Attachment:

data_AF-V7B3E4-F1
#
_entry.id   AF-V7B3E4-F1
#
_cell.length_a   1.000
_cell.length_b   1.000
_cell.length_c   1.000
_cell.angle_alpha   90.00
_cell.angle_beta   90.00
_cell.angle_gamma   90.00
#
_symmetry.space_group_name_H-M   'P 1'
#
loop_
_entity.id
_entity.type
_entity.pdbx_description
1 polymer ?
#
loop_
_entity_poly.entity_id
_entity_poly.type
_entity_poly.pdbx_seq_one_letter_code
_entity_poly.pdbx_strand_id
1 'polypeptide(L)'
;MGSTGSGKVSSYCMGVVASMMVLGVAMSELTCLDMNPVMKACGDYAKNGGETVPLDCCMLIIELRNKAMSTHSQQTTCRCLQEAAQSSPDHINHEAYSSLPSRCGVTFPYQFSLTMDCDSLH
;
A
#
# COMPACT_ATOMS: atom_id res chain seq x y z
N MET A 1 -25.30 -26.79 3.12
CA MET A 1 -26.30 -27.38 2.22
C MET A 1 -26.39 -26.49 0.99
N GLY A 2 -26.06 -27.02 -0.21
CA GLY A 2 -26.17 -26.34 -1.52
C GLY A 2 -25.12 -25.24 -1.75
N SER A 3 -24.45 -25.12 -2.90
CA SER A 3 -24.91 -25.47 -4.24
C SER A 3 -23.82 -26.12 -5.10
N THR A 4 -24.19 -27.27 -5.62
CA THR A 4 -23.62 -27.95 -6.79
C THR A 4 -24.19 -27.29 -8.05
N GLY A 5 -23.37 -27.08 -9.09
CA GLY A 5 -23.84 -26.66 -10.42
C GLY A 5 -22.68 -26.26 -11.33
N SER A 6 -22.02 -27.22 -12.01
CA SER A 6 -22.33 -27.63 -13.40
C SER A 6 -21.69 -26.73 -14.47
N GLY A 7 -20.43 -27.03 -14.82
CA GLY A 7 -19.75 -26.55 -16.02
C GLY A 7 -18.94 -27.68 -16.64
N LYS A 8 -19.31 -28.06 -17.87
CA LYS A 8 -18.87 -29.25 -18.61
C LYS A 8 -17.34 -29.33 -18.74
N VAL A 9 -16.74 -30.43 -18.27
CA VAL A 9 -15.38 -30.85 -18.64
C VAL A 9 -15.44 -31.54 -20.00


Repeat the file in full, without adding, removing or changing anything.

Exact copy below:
data_AF-V7B3E4-F1
#
_entry.id   AF-V7B3E4-F1
#
_cell.length_a   1.000
_cell.length_b   1.000
_cell.length_c   1.000
_cell.angle_alpha   90.00
_cell.angle_beta   90.00
_cell.angle_gamma   90.00
#
_symmetry.space_group_name_H-M   'P 1'
#
loop_
_entity.id
_entity.type
_entity.pdbx_description
1 polymer ?
#
loop_
_entity_poly.entity_id
_entity_poly.type
_entity_poly.pdbx_seq_one_letter_code
_entity_poly.pdbx_strand_id
1 'polypeptide(L)'
;MGSTGSGKVSSYCMGVVASMMVLGVAMSELTCLDMNPVMKACGDYAKNGGETVPLDCCMLIIELRNKAMSTHSQQTTCRCLQEAAQSSPDHINHEAYSSLPSRCGVTFPYQFSLTMDCDSLH
;
A
#
# COMPACT_ATOMS: atom_id res chain seq x y z
N MET A 1 -25.30 -26.79 3.12
CA MET A 1 -26.30 -27.38 2.22
C MET A 1 -26.39 -26.49 0.99
N GLY A 2 -26.06 -27.02 -0.21
CA GLY A 2 -26.17 -26.34 -1.52
C GLY A 2 -25.12 -25.24 -1.75
N SER A 3 -24.45 -25.12 -2.90
CA SER A 3 -24.91 -25.47 -4.24
C SER A 3 -23.82 -26.12 -5.10
N THR A 4 -24.19 -27.27 -5.62
CA THR A 4 -23.62 -27.95 -6.79
C THR A 4 -24.19 -27.29 -8.05
N GLY A 5 -23.37 -27.08 -9.09
CA GLY A 5 -23.84 -26.66 -10.42
C GLY A 5 -22.68 -26.26 -11.33
N SER A 6 -22.02 -27.22 -12.01
CA SER A 6 -22.33 -27.63 -13.40
C SER A 6 -21.69 -26.73 -14.47
N GLY A 7 -20.43 -27.03 -14.82
CA GLY A 7 -19.75 -26.55 -16.02
C GLY A 7 -18.94 -27.68 -16.64
N LYS A 8 -19.31 -28.06 -17.87
CA LYS A 8 -18.87 -29.25 -18.61
C LYS A 8 -17.34 -29.33 -18.74
N VAL A 9 -16.74 -30.43 -18.27
CA VAL A 9 -15.38 -30.85 -18.64
C VAL A 9 -15.44 -31.54 -20.00